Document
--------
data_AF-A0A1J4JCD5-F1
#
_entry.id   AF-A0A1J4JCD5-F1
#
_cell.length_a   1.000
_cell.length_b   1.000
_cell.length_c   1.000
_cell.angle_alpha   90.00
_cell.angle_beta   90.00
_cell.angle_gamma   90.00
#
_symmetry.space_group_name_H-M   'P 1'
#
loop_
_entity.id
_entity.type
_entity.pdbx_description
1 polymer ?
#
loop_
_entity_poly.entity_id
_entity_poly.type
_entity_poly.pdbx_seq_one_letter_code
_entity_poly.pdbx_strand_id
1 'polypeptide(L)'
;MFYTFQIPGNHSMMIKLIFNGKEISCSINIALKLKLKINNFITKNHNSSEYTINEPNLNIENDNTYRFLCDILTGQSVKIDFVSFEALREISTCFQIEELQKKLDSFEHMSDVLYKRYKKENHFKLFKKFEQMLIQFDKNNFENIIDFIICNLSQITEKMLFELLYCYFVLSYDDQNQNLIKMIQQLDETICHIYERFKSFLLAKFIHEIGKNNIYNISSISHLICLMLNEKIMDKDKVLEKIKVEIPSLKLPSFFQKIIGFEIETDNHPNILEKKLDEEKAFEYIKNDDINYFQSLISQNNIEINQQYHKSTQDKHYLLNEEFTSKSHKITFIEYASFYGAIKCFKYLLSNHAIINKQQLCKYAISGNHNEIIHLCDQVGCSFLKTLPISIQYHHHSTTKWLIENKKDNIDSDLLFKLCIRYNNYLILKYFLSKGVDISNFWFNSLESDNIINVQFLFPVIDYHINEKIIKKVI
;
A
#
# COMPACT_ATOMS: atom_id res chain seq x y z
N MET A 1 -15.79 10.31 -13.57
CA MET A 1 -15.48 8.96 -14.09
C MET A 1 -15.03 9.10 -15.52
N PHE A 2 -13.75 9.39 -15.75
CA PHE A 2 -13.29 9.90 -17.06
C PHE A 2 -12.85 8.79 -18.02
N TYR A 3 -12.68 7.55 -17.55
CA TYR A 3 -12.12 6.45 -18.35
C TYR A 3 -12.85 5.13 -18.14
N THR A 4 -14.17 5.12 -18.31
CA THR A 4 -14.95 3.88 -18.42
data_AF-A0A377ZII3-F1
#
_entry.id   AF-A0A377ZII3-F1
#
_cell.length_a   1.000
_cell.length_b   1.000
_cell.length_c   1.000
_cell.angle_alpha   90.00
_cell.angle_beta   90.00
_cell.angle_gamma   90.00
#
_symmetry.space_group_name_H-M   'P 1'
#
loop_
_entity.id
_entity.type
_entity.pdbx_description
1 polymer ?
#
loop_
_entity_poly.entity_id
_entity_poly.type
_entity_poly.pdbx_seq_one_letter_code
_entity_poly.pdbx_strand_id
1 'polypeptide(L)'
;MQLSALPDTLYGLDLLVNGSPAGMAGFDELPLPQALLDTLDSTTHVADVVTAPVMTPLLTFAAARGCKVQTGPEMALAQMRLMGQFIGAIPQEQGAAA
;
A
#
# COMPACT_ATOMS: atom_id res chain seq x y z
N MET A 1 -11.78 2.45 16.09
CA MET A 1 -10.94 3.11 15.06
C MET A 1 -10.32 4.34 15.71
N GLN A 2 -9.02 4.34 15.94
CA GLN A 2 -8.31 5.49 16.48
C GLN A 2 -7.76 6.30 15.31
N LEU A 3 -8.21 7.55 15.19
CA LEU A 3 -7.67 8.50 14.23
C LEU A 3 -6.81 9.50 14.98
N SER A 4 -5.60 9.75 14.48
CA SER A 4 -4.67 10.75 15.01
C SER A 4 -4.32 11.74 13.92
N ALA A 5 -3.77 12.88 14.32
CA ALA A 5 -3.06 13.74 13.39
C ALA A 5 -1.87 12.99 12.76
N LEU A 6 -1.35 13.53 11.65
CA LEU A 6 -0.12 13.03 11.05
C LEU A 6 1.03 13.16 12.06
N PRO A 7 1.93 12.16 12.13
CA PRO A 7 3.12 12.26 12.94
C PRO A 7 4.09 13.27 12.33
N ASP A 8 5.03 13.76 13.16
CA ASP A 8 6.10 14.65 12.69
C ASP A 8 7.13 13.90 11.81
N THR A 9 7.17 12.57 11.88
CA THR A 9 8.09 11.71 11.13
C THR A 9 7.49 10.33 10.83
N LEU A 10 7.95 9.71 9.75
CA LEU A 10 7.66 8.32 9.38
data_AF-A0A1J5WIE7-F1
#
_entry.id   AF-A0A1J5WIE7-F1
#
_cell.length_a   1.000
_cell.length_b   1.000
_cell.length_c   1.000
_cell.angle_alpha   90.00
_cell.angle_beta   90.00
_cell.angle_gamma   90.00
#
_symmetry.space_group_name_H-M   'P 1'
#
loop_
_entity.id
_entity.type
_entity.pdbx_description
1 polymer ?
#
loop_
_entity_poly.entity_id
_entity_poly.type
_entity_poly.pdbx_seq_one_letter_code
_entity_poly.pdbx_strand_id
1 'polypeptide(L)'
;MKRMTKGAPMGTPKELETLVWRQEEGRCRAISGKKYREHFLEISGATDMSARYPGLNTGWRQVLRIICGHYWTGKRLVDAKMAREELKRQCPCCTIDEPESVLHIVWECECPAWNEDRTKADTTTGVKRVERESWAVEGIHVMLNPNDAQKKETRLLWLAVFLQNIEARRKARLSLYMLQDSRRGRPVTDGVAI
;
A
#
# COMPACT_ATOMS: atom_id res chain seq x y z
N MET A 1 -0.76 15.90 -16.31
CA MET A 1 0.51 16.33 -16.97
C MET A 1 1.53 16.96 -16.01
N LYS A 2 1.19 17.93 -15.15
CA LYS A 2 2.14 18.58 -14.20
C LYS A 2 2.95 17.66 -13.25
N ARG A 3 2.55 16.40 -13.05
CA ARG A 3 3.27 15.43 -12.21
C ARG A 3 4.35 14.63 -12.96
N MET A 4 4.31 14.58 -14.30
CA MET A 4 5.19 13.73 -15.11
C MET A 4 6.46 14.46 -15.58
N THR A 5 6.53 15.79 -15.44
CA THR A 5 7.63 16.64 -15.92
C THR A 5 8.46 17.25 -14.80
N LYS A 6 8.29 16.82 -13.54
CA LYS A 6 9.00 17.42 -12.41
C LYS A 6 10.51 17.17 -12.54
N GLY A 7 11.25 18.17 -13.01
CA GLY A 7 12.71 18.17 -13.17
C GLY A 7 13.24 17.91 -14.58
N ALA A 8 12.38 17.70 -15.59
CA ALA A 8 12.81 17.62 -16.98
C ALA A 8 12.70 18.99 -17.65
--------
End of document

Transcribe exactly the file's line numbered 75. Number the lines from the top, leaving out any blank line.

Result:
N GLN A 2 -9.02 4.34 15.94